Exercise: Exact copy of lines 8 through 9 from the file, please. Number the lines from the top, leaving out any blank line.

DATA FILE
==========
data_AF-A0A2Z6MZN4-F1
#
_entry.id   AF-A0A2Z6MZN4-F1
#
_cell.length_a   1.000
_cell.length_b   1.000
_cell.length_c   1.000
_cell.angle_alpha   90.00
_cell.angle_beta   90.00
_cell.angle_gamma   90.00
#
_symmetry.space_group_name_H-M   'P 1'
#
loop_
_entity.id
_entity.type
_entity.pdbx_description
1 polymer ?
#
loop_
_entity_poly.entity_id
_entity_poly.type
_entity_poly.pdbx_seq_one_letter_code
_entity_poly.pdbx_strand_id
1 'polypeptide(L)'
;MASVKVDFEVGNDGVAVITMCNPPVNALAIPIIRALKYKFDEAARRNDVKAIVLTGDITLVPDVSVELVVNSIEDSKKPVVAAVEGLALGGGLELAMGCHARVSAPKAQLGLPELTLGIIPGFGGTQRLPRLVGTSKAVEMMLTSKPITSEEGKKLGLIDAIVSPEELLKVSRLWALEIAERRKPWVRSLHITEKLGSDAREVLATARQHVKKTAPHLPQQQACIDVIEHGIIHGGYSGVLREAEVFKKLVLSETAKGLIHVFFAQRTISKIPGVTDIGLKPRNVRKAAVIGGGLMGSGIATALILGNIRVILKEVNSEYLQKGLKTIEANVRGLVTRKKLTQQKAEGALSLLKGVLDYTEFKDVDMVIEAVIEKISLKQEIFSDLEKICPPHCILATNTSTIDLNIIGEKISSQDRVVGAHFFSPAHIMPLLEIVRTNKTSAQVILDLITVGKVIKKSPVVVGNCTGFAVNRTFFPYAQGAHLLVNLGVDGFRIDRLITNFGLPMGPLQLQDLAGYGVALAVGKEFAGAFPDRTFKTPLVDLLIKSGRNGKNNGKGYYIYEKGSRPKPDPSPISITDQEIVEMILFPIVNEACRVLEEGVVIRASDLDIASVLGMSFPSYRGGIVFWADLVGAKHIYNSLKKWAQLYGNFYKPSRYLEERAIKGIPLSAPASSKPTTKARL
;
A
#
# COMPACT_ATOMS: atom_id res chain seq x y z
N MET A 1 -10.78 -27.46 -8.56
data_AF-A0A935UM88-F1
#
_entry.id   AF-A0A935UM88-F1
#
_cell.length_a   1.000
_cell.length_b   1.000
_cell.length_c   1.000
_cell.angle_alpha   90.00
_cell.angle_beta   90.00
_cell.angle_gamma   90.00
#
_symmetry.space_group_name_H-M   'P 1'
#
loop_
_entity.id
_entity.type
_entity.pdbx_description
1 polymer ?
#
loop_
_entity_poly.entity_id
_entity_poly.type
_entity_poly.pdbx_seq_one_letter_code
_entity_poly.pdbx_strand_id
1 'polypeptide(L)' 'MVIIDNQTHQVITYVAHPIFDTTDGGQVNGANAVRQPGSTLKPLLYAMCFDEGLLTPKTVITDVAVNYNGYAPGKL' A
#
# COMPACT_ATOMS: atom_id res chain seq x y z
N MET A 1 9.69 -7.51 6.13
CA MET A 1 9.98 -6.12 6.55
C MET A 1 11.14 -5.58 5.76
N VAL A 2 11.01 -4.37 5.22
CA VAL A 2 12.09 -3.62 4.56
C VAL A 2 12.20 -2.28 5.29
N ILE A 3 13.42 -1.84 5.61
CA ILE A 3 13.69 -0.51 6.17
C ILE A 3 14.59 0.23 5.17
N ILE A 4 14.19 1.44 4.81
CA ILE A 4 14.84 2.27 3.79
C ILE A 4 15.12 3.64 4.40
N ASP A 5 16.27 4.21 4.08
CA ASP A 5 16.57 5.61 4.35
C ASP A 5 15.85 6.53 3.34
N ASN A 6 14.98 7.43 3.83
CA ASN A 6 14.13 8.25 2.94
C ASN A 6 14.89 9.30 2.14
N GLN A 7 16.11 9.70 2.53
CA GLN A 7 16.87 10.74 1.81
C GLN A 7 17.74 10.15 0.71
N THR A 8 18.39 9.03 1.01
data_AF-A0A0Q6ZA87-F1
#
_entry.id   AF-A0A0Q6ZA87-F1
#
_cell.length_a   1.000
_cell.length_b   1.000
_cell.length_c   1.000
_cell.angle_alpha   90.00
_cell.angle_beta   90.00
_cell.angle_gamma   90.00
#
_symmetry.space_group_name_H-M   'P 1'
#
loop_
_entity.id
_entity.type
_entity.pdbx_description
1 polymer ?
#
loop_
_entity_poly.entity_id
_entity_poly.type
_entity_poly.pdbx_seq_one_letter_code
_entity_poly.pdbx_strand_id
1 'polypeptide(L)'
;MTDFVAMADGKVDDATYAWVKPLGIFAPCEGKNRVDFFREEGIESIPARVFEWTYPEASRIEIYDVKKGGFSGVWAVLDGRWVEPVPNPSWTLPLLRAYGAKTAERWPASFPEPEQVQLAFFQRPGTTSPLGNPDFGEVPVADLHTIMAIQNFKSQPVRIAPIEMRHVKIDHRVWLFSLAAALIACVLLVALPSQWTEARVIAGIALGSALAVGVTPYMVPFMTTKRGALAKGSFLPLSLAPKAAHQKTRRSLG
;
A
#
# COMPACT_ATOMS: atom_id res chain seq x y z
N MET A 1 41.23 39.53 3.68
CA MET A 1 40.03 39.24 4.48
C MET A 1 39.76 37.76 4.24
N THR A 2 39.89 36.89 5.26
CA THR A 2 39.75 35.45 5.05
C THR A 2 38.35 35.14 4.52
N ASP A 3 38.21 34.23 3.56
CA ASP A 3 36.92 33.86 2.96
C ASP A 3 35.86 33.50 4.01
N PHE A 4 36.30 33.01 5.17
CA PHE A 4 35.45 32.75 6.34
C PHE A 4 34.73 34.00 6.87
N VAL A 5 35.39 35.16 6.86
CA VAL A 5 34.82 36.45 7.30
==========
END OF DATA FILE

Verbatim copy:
_cell.angle_alpha   90.00
_cell.angle_beta   90.00